Out of 67 new industrial sites and 28 plant expansions, was even one in the Lexington area? Has Lexington industry added any new carloads to the more than 132,000 mentioned in the announcement? Were a few of those 2,000 jobs in the Central Kentucky area? I don’t think so.
It appears that roughly a third of those location and expansions dealt with alternative fuels production or distribution. I doubt that we will have any of those here as long as “Coal is King”. As for coal being hauled by rail, there are still many rail abandonment requests, in Kentucky, made annually. We talk of growing crops for bio-fuels and research on production, but I don’t see it moving very fast.
Lexington does have a growing industrial area on the north side, just where Citation will cross the N-S mainline and there were 2 new or expanded facilities placed in operation recently. Our very own Big Ass Fan Company, manufacturers of some of the largest industrial ventilation fans known, sits right along the rail line and nary a rail spur in sight. Will they be shipping everything by truck? God, I hope not.
Then, basically next door, we have the relocated Kentucky Eagle beer distributor who, I would think, could benefit from a rail spur also. Ironically, they moved from Angliana Ave. and direct access to the rail yard. We don’t brew this stuff here. It has to be shipped in from somewhere else and if it is not coming by rail (we know it can’t come by pipeline) then it must be by truck.
Our local factory for construction cranes, Link-Belt out on Palumbo Dr., removed their rail spur a few years ago but are in the expansion mode themselves They will be unveiling more of their telescoping crawlers in the near future. These must be shipping by truck as well. Thankfully, the industrial lead that is there services International Paper, Kentucky-Indiana Lumber and the Young warehouse complex on that road.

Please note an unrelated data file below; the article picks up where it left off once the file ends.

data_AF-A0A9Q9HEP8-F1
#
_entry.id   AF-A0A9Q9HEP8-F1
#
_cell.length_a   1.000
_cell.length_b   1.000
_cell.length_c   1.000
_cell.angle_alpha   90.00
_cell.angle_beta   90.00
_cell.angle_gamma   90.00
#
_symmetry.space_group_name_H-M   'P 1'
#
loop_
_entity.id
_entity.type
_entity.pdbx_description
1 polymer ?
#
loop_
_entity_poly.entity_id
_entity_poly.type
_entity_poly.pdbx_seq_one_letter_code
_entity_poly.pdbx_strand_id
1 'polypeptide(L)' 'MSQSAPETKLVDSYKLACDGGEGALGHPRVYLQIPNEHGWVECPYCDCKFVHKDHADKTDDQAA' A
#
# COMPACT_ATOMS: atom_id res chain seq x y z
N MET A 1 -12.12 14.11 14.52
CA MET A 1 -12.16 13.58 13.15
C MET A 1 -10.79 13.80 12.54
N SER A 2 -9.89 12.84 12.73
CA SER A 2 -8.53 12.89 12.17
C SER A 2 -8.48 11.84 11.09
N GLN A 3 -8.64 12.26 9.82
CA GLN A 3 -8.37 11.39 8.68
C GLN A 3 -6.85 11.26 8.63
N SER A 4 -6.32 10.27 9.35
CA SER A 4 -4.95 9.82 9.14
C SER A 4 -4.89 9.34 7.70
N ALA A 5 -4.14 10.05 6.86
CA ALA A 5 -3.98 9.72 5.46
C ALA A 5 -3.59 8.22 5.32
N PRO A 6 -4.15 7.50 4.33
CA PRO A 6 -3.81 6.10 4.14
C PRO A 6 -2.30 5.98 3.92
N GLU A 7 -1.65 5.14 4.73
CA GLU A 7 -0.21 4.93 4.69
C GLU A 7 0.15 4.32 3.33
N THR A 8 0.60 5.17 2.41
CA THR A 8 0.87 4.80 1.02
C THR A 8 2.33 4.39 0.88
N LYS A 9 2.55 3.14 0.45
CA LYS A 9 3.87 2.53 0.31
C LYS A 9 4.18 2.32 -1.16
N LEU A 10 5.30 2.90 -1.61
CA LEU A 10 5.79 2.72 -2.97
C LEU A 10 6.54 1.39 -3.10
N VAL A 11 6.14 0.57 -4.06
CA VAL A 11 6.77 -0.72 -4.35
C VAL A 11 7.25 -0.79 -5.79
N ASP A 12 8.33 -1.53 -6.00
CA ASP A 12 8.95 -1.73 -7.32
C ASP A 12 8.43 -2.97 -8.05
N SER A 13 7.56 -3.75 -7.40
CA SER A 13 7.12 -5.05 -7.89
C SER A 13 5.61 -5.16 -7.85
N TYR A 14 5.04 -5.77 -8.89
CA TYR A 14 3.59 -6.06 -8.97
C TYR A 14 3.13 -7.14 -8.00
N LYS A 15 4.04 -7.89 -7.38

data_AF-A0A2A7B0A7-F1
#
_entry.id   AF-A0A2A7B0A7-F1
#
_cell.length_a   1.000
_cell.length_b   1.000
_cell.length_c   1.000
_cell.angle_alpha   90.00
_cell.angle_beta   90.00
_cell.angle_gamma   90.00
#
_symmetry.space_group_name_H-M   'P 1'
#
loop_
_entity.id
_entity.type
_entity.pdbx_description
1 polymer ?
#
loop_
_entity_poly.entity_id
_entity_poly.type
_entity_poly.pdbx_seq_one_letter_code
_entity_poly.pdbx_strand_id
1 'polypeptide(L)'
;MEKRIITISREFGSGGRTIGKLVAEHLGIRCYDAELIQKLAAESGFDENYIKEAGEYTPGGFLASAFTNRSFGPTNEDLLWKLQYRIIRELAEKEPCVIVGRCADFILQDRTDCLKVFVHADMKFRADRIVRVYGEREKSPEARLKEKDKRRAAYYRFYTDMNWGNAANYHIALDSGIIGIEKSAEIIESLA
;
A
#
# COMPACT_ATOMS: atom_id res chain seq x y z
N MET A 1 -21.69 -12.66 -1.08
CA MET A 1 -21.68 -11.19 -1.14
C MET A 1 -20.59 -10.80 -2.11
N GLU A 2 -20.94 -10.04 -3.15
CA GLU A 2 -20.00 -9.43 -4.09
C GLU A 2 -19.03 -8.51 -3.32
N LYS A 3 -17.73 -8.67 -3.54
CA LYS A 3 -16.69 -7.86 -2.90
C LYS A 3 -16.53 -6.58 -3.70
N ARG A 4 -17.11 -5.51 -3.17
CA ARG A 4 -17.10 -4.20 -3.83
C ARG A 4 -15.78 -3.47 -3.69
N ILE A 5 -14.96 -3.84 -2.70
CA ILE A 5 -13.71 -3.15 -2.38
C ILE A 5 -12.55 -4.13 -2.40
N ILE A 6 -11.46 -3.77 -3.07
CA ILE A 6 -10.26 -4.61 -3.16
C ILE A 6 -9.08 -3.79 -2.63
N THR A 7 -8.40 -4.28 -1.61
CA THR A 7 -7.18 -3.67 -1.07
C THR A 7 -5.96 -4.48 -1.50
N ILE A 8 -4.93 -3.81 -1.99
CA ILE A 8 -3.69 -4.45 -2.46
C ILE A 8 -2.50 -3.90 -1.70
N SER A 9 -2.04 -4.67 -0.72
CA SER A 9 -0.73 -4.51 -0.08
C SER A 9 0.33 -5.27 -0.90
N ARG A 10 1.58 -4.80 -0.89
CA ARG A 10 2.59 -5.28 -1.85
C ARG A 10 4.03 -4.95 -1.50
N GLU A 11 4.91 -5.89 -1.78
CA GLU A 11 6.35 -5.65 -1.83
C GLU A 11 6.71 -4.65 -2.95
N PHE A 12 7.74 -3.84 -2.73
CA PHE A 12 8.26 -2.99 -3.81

Lexington is losing some of their industrial customers, but that doesn’t mean that we have to lose the industrial spaces or facilities. Things like incandescent light bulbs are a thing of the past and maybe the existing building cannot be re-fitted to the newer technology, but whatever may replace the products/buildings could still use an efficient shipping/receiving mode that rail provides.
The railroads, or at least N-S, appear willing to assist in the work. Is our economic development effort working closely with them and others? I don’t see any evidence of it but I could be mistaken.
In terms of some positive railroad news, the R.. J. Corman rail group is working hard in the Rupp Arena parking lot with what looks like the anticipated boarding site of a Lexington version of the “Old Kentucky Dinner Train”. Honestly, I saw what appears to be drainage and sub-base work under the Oliver Lewis Bridge. As you can see here, we are looking back at the Arena with clearly some drains, set just wide enough for some tracks and at the lowest point of the earthworks. The alignment veers left and then back right and parallel to the parking lot pavement with just enough length for several cars while leaving the locomotive under the bridge.
Looking in the other direction it sweeps in a curve right into an existing track of the yard. This track has been the location of the unloading of the sand train, but it seems to have been shifted to the right in this photo.
I have also noticed that at the corner of W. Main and Oliver Lewis Way, they have leveled a spot for, probably, some corporate identity display. If it is similar to their display in Nicholasville, I would expect the current Corman boxcar and two locomotive shells, all decked out on a gorgeous red livery, set on rails to proudly proclaim that they are in Lexington to stay. This is not as exciting as an announcement about regional rail but if this will bring revenue service to Corman rail, then I am all for it
How nice would it be that, if next year, Lexington could be one of those N-S locations and the recipient of some of those jobs? Something to work for.